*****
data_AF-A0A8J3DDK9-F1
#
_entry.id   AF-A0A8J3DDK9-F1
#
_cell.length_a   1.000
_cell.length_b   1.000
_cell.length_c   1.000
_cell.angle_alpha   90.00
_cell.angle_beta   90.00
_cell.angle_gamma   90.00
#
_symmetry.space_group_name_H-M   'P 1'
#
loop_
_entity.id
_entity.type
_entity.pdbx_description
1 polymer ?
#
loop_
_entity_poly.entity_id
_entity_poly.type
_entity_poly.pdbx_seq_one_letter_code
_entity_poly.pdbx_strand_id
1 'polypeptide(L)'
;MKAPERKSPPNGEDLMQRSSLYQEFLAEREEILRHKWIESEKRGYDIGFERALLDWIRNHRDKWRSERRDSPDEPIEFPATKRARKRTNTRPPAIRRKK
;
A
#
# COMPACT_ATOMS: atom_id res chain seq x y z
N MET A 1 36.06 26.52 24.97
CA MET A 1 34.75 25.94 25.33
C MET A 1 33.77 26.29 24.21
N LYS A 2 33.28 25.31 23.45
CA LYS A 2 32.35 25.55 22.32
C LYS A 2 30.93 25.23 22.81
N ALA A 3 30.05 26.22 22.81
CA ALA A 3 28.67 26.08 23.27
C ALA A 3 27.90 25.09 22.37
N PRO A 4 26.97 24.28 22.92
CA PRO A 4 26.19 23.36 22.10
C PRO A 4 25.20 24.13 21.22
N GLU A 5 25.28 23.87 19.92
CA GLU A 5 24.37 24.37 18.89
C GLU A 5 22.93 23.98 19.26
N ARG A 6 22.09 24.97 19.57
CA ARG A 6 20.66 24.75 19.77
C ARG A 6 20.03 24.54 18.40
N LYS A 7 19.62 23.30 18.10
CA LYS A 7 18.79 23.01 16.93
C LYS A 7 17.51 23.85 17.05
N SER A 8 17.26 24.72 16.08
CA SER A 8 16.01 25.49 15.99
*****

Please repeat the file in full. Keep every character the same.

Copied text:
data_AF-A0A8J3DDK9-F1
#
_entry.id   AF-A0A8J3DDK9-F1
#
_cell.length_a   1.000
_cell.length_b   1.000
_cell.length_c   1.000
_cell.angle_alpha   90.00
_cell.angle_beta   90.00
_cell.angle_gamma   90.00
#
_symmetry.space_group_name_H-M   'P 1'
#
loop_
_entity.id
_entity.type
_entity.pdbx_description
1 polymer ?
#
loop_
_entity_poly.entity_id
_entity_poly.type
_entity_poly.pdbx_seq_one_letter_code
_entity_poly.pdbx_strand_id
1 'polypeptide(L)'
;MKAPERKSPPNGEDLMQRSSLYQEFLAEREEILRHKWIESEKRGYDIGFERALLDWIRNHRDKWRSERRDSPDEPIEFPATKRARKRTNTRPPAIRRKK
;
A
#
# COMPACT_ATOMS: atom_id res chain seq x y z
N MET A 1 36.06 26.52 24.97
CA MET A 1 34.75 25.94 25.33
C MET A 1 33.77 26.29 24.21
N LYS A 2 33.28 25.31 23.45
CA LYS A 2 32.35 25.55 22.32
C LYS A 2 30.93 25.23 22.81
N ALA A 3 30.05 26.22 22.81
CA ALA A 3 28.67 26.08 23.27
C ALA A 3 27.90 25.09 22.37
N PRO A 4 26.97 24.28 22.92
CA PRO A 4 26.19 23.36 22.10
C PRO A 4 25.20 24.13 21.22
N GLU A 5 25.28 23.87 19.92
CA GLU A 5 24.37 24.37 18.89
C GLU A 5 22.93 23.98 19.26
N ARG A 6 22.09 24.97 19.57
CA ARG A 6 20.66 24.75 19.77
C ARG A 6 20.03 24.54 18.40
N LYS A 7 19.62 23.30 18.10
CA LYS A 7 18.79 23.01 16.93
C LYS A 7 17.51 23.85 17.05
N SER A 8 17.26 24.72 16.08
CA SER A 8 16.01 25.49 15.99